Creating a Culture of Growth in Your Makerspace

About the author: Meredith Rice is the innovation specialist at Sunset Ridge District 29 in Northfield, Il. Besides managing the district’s makerspaces, she also provides technology coaching and professional development to teachers. Meredith is a Google Certified Trainer and an Apple Teacher with the Swift Playgrounds endorsement. Follow her on Twitter @FrauMRice or @SRSMakerspace.

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5th grader Erica Cohen shows off one of her projects.

What does it take to build a makerspace from scratch? That’s the question many of us have been asking ourselves lately. That’s definitely the question I’ve been asking myself this year. Not only am I in a new position this year as innovation specialist for my district, but one of our major department goals is to create a makerspace program for grades K-8 and that responsibility falls on me.  

When I was first told that I would be in charge of building not one but two makerspaces for my district (one at the elementary school and one at the middle school), my first reaction was one of joy. I’m an unrepentant maker and turning young minds over to the dark side filled my heart with glee. For my entire life, I have had the need to make things. As a child, I was an avid lego architect and crafter. Now, I am passionate gardener and quilter. My philosophy has always been that it is better to create than to consume. My second thought was, “wait, what exactly is a makerspace? Is it an art room? Is it a computer lab? Is it consumer family science?” So my first job was to define what a makerspace is and what the goals for our makerspaces will be. After copious research, this is the definition I landed on to guide our maker journey: A place for students to gather to tinker, invent, explore, and discover using a variety of tools and materials.

Great, now what does that mean for us? After defining what a makerspace is, the next goal was to determine what a makerspace will do for our students. This is a question that I could not answer alone. I will not be the only person guiding students in the makerspace so I can not be the only person to define what the space will be. So, I brought in the stakeholders. I met with the librarians, the technology department, the administration, and other teachers to talk about their vision for the makerspace. After all of these conversations, this is what we came up with: Our makerspaces will encourage students to develop 21st-century thinking through hands-on discovery. Our students will learn design thinking, how to learn independently and think collaboratively, and how to solve problems innovatively.  

Finally, it was time to go shopping! Every time I look at a new material or tool, I go back to these goals. Does this new material help our students meet the goals? If the answer is no, then the material is not for us. The major themes for the tools and materials we have purchased so far include electronics skills (robotics and circuits), “homemaking” skills (sewing, gardening, hand tools), and design skills (3D printing, building, taking apart). These may look different between our elementary and middle school spaces, but the themes are consistent.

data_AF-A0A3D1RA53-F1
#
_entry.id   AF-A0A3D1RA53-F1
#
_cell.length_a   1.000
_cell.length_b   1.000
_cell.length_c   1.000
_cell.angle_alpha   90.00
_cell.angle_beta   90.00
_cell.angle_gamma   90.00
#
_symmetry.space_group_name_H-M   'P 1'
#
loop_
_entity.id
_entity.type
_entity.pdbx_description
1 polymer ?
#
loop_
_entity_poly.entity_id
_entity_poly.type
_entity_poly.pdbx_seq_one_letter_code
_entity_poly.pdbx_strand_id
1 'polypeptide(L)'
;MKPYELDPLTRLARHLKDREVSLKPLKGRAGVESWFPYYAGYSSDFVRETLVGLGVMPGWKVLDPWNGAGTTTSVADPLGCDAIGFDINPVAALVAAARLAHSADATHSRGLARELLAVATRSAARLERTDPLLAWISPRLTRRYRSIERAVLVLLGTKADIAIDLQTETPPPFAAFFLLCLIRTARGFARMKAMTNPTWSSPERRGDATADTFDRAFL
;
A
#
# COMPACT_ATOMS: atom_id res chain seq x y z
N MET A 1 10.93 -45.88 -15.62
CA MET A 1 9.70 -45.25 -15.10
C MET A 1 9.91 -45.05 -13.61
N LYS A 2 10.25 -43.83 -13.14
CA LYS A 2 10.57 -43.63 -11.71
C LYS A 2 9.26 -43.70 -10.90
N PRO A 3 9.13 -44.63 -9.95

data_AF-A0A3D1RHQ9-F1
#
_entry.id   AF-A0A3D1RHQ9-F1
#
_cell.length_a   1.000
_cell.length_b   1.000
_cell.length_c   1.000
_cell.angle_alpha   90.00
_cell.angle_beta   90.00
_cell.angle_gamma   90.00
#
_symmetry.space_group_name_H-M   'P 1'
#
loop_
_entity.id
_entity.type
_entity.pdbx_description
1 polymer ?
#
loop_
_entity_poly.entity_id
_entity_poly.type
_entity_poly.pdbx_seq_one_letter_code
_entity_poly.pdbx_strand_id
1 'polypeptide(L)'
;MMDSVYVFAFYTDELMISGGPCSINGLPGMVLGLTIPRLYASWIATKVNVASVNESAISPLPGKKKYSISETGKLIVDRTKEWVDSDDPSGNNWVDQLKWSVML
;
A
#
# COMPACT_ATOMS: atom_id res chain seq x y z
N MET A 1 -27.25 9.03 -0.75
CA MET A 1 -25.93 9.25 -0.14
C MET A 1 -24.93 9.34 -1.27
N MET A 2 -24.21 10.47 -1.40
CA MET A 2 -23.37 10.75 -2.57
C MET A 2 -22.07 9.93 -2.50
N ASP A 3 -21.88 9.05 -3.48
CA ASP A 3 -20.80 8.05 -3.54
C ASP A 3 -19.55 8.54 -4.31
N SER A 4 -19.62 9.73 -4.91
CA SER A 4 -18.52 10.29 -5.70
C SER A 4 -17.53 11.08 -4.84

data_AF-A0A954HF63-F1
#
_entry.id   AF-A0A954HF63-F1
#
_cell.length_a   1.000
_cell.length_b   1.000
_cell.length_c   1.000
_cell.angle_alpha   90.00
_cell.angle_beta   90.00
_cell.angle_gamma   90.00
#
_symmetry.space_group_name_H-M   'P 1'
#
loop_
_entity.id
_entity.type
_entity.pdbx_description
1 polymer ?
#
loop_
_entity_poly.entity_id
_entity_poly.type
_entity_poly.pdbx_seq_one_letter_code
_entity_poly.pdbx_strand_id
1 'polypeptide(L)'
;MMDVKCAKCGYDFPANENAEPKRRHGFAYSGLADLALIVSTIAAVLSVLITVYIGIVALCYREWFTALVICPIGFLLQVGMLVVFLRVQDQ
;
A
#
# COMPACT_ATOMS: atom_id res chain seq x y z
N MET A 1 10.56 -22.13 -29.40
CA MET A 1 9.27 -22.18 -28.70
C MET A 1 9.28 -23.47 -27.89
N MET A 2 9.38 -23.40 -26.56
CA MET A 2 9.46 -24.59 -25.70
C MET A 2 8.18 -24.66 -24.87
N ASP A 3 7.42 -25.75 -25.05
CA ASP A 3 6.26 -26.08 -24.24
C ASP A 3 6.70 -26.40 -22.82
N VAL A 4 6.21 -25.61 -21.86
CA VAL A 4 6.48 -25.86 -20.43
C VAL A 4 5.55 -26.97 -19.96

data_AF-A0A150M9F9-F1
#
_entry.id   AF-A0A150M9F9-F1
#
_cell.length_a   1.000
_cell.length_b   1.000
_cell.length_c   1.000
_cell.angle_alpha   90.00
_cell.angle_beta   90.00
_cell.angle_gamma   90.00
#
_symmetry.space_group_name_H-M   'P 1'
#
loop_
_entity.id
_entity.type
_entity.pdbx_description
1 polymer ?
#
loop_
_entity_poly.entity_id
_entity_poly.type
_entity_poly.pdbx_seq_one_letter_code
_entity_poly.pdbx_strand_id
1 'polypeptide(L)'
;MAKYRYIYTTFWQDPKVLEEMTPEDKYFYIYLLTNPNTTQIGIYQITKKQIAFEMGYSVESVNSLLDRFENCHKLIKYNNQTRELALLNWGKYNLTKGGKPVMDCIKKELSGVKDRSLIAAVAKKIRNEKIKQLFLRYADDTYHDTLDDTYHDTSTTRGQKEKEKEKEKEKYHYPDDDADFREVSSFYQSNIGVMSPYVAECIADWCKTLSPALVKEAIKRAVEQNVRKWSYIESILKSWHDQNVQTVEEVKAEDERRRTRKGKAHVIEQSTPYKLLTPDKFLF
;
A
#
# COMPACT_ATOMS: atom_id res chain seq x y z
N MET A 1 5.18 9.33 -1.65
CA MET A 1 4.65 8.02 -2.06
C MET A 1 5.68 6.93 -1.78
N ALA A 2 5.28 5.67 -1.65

Going through this goal-setting process has given me the confidence to demonstrate the benefits of our makerspaces to anyone (students, teachers, administrators, parents) who doesn’t understand the importance of providing space and resources to this cause. It has also given me the confidence to experiment with new ideas without fear of failure.  

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One of the author’s drawings from the Mapping Making course.

Not everything we do in the makerspace is a success. At first, we allowed students to eat their lunch in the makerspace, but we quickly found that students came to the makerspace as a de facto extended lunch period and they never actually used the tools. Once we limited students to their recess periods for open makerspace time, students started coming up with wonderful projects and experimenting on their own. We are constantly making these little changes until we find what works right for our specific situation. Sometimes the changes improve the space and sometimes the changes make things worse. The students know that we are doing our best and even come to us with their own ideas. They feel an ownership in the space and want to get it right as much as we do.   

Our next big thing is designing a badging system to encourage students to learn about new tools and skills. The hope is that students will want to earn badges to show their mastery and earn the right to use tools independently or teach other students how the tools work. This will solve the problem of students always doing the same projects over and over again and not having enough experts in the room to teach all of the different tools available.

My advice to anyone starting their own makerspace is to:

  • Start with goals
  • Don’t do it alone
  • Visit or talk to people who have build their own makerspaces   
  • Start small
  • Don’t be afraid to experiment and fail
  • Get stakeholders on your side
  • Constantly reflect

Making is a journey, not a destination. Your space will constantly be changing and evolving based on the students who create there, the teachers who guide there, and the culture that surrounds it. Your best bet is to create a vision for where you want to go, plan for the speed bumps and hazards as best as you can, and make sure that everyone around you is along for the ride. 


Additional reading & further resources:

Images courtesy the author. 

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